Mount Airy, Maryland — Five residents of a Maryland nursing home have died as a result of coronavirus, local officials announced Tuesday. All of the individuals who died were aged 60 or older, while at least two were described by officials as having underlying health conditions.
A recent outbreak at Pleasant View Nursing Home in Mount Airy, Maryland — located about 40 miles outside the nation's capital — caused 77 of the facility's residents to test positive for coronavirus, pushing Maryland's total number of COVID-19 cases beyond 1,600, according to data released by the state.
Eighteen of the nursing home's 95 residents tested negative for the virus, according to officials. As of Tuesday, all resident tests have been reported.
"We never thought we would be in a position like this with an incident of this magnitude," said Steve Wantz,Carroll County Board of Commissioners president, on Sunday. "But trust me when I say, we're all in this."
In response to the outbreak, the Maryland National Guard was dispatched to assist with triage and patient care.
Carroll County Health Officer Ed Singer said test results confirmed two cases on March 27. But the number of confirmed cases ballooned in just one day, with an additional 64 cases confirmed on March 28. Some residents who have tested positive for COVID-19 remain asymptomatic, he added.
The initial batch of coronavirus tests were conducted last week at private labs. When signs indicated that the facility was susceptible to a larger outbreak, Singer said the subsequent tests were prioritized at state labs, with those results coming back in less than one day--much quicker than the roughly five days it took private companies to return results.
All residents of the 104-bed nursing home facility have been tested for the virus, but health officials are awaiting some results for a final tally of confirmed COVID-19 cases.
Prior to the outbreak, Pleasant View Nursing Home had implemented measures to prevent the virus' spread, including extra cleaning, restricted visitation and communal dining policies, suspended group activities, and daily checks of staff and residents for symptoms, according to a Carroll County Health Department statement.
During a subsequent site visit, Singer confirmed that the facility "was doing mostly everything they were supposed to" in terms of following CDC-recommended guidelines to protect residents and staff.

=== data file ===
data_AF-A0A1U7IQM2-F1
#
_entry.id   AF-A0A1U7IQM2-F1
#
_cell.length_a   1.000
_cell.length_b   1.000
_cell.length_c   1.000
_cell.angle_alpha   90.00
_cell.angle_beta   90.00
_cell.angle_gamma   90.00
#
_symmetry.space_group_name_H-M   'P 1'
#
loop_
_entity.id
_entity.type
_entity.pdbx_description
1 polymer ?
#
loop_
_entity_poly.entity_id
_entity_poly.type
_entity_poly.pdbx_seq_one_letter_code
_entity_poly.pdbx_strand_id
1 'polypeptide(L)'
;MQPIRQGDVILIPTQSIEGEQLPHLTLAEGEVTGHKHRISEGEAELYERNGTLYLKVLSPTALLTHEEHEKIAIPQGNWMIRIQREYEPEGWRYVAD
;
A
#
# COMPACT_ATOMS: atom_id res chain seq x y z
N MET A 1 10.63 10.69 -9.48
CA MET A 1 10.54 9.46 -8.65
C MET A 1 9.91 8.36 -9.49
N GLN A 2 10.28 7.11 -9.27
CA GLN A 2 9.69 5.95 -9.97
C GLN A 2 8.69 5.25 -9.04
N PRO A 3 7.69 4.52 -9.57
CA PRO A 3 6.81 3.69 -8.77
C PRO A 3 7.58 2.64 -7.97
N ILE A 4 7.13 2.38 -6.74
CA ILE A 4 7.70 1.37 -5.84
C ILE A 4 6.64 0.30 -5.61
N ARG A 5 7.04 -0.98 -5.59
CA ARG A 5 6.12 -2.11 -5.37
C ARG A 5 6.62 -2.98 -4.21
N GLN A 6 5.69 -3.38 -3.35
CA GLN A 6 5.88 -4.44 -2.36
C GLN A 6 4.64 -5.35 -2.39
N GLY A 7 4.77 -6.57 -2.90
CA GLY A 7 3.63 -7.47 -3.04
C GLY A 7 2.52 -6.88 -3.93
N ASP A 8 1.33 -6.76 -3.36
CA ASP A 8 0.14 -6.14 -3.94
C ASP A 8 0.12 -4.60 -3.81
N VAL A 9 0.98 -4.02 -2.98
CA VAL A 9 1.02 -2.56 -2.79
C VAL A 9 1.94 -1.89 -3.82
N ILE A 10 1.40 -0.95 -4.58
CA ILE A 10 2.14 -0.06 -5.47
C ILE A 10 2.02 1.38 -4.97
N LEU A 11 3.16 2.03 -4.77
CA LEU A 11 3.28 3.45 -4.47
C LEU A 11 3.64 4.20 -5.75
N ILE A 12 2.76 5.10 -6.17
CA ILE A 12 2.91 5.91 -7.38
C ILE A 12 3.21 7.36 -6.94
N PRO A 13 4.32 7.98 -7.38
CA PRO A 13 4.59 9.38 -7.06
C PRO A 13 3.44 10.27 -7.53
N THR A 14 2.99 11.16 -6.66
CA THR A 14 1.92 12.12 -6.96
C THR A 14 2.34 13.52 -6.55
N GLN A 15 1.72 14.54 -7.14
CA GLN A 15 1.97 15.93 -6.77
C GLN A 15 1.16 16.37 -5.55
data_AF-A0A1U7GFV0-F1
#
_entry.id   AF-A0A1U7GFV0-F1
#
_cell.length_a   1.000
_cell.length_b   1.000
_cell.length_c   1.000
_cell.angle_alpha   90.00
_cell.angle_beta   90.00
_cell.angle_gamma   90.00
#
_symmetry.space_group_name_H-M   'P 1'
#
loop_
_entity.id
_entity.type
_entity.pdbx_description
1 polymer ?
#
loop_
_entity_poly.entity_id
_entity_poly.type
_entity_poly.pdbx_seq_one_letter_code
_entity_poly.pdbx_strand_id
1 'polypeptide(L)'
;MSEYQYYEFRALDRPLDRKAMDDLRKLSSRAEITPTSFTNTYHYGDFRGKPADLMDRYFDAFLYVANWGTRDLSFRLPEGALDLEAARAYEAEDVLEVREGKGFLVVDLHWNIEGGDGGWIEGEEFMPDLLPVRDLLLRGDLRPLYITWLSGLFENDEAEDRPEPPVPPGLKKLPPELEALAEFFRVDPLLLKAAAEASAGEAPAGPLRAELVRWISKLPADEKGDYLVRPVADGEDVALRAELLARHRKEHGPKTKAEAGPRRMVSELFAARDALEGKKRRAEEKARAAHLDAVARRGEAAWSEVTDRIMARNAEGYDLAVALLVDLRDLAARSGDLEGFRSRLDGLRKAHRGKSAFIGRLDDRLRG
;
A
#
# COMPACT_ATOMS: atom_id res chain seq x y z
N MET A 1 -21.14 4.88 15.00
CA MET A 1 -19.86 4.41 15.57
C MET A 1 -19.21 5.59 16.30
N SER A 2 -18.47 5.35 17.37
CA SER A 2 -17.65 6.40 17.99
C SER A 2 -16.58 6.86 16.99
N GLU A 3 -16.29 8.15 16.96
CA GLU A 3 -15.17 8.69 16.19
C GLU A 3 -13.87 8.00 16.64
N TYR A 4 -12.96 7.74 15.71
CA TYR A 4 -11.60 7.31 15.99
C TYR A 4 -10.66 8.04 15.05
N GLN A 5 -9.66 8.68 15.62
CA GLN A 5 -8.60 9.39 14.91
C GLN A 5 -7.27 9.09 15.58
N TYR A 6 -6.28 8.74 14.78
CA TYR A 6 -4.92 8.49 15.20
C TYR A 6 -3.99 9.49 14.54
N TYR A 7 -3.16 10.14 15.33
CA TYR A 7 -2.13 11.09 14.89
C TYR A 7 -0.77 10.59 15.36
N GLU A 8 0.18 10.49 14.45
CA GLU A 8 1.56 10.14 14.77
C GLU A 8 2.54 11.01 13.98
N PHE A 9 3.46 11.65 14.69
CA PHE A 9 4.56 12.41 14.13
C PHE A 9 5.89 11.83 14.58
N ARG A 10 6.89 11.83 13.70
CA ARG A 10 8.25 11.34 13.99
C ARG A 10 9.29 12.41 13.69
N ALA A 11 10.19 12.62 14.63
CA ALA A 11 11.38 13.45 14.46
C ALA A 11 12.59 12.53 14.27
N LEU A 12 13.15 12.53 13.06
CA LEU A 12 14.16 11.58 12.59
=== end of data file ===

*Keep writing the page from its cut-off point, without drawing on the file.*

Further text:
"We had a couple of minor suggestions," Signer added.
A few of those suggestions included increasing PPE, or personal protective equipment, for staff and requiring staff to wear full gown, face, and hand protection at all times.
Carroll County Health Department has also been assisting the nursing home with completing administrative tasks and filling staffing vacancies caused by the recent outbreak. In the last few days, Singer told CBS News that the facility saw an increased rate of employees calling in sick.
"I'm certain that people are afraid," Singer said. "Some people may have some type of mild symptoms or whatnot, that are not reporting to work for reasons that are truly legitimately medical. But they're probably also folks who are afraid and may not be reporting to work because they're self-reporting that they're sick, because they're afraid to be in the facility."
Wantz directly addressed that fear, and other circulating local concerns that the sudden uptick in positive coronavirus at the nursing home will quickly spread throughout the county home to roughly 167,000 people.
"All of us, as you can see by the partners I have here today, are doing every possible thing that they can to ensure that it stays on that facility, number one. And that everyone in this county remains protected in the most way they can," Wantz said.
But that protection, he added, is also dependent on the public's cooperation with federal and state guidelines, such as social distancing.
Public health officials across the country have been closely monitoring outbreaks at nursing homes because they service a vulnerable population. The fatality rate for older and immunosuppressed individuals who contract COVID-19 remains much higher than for those who are young and healthy, CDC data shows.
The Life Care Center in Kirkland, Washington, experienced a similar outbreak of COVID-19 beginning in late February. In less than one month, officials confirmed 35 deaths were linked to the virus outbreak at the facility.
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